Originally created 07/20/98

NFL notes: Super Bowl on Packers' mind again

GREEN BAY, Wis. -- The Green Bay Packers have begun their quest to make both history and amends.

Hit hard in free agency but still among the NFL's powers, the Packers opened training camp on Sunday with ambitions of becoming the first NFC team to reach the Super Bowl three years in a row.

And, of course, they'd like to atone for their failure against Denver in the last one, the first loss for an NFC team in 14 Super Bowls.

Things started with a scare.

During seven-on-seven drills, first-round draft choice Vonnie Holliday , who weighs 300 pounds, fell on quarterback Brett Favre, the three-time NFL MVP. Favre was all right but coach Mike Holmgren told his players to be careful in practice.

"It's frightening because here you have the key to our team," Holmgren said. "And you know it was an accident. But it gave me a chance to re-emphasize to the team, `OK, we have to be careful."'

Holmgren began his seventh season in Green Bay -- and possibly last if he opts for a coach-general manager's job elsewhere -- without Pro Bowl running back Dorsey Levens, who is holding out for a four-year contract worth more than $21 million. But another established running back was on hand -- free agent Raymont Harris, who signed a one-year, $1.3 million contract over the weekend.

The Packers also addressed their other pressing need, the secondary, when they agreed to terms with Terry McDaniel, a former five-time Pro Bowl cornerback for Oakland. He reportedly agreed to a one-year deal for $800,000, spurning a two-year, $1.8 million offer from the Pittsburgh Steelers.

PATRIOTS: Pete Carroll stood in front of a large backdrop featuring the Patriots logo. There was no sign of Bill Parcells hovering over his shoulder.

Relaxed as he began his second training camp as New England's coach Sunday at Smithfield, R.I., Carroll continues to put his mark on a team he took over eight days after Parcells coached it in the 1997 Super Bowl.

"Hopefully," strong safety Lawyer Milloy said, "everybody can just realize that this is Pete's team, not coach Parcells' team anymore."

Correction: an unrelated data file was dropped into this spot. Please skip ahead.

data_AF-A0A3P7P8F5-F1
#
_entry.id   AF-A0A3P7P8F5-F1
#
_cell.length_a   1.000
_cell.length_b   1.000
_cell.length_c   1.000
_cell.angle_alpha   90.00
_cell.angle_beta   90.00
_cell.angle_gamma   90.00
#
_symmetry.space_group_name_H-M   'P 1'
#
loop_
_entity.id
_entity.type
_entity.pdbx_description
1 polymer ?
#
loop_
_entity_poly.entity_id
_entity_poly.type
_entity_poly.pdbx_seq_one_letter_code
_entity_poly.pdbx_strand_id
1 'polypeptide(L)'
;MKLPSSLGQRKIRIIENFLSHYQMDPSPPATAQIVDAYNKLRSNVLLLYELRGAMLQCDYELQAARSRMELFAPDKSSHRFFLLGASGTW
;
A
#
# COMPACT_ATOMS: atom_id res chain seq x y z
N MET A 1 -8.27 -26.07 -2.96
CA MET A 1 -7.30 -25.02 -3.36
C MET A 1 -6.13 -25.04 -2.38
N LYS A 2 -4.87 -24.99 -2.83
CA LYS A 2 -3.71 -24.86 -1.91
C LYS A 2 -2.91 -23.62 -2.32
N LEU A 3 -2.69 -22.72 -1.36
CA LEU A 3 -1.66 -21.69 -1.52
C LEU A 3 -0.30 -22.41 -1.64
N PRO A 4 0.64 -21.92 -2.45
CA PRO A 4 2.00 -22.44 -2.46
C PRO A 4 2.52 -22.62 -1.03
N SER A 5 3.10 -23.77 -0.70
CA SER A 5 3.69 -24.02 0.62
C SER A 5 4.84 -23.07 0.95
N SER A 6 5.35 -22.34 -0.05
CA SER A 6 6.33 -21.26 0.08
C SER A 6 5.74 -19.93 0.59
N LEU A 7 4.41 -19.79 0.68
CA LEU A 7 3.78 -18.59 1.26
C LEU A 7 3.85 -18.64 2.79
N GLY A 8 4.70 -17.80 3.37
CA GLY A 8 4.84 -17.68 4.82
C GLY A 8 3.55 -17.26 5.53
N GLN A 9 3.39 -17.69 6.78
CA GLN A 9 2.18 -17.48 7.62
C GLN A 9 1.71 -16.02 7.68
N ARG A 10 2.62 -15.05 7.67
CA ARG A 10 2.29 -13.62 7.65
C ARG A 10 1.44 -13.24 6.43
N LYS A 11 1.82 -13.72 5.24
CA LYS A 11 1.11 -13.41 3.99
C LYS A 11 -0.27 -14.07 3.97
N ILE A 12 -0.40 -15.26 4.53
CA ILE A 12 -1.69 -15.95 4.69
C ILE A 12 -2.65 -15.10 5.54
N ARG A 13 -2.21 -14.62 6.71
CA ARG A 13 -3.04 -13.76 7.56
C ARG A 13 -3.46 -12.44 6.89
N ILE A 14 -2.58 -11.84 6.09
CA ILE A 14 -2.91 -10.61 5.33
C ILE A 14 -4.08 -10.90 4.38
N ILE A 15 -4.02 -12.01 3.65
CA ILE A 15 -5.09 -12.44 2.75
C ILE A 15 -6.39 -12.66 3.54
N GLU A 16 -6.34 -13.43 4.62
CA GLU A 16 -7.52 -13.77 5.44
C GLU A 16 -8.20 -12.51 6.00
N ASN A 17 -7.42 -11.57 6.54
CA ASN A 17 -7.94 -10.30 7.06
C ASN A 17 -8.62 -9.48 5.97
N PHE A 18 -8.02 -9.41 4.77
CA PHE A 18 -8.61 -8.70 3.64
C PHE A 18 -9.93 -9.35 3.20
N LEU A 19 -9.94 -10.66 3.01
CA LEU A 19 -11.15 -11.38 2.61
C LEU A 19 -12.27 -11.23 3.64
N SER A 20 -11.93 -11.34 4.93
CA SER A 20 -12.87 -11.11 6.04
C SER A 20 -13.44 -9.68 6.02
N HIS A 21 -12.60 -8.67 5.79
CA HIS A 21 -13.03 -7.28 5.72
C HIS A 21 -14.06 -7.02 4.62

That was obvious from the questions at Carroll's opening 20-minute news conference. The 16th question was the first that referred to his predecessor.

The rest dealt with training camp -- details about injuries, daily workout schedules and a replacement for running back Curtis Martin, who left after last season to join Parcells with the New York Jets.

Carroll will have to decide whether his first-round draft picks, running back Robert Edwards from Georgia and cornerback Tebucky Jones from Syracuse, can start in place of Martin and Jimmy Hitchcock, now with Minnesota.

Edwards, from Washington County, Ga., signed a five-year, $5.7 million contract last week.

RAMS: On Saturday, a day before the start of training camp, the St. Louis Rams signed first-round draft pick Grant Wistrom to a six-year, $12.75 million contract.

Wistrom, a defensive end from Nebraska, was expected on the practice field Sunday at Western Illinois University when rookies, quarterbacks and selected veterans took the field for the first time.

Wistrom, selected sixth overall, is the highest draft pick to sign. The previous high pick signed was Dallas defensive end Greg Ellis, the eighth overall selection.

FREE AGENTS: They rang the curtain down on the 1998 free-agency signing period last week with 113 unrestricted free agents signing with new teams. That's an increase from last year's figure of 87. Another 113 signed with their old teams.

The record for movement was set in 1995 when 173 changed teams, although clubs are now making more effort to keep their own players.

Meanwhile, teams that have the rights to the six remaining unsigned franchise players, including Dorsey Levens of Green Bay and Wally Williams of the Baltimore Ravens, can now sign them to long-term deals and use the franchise designation for another player next year.


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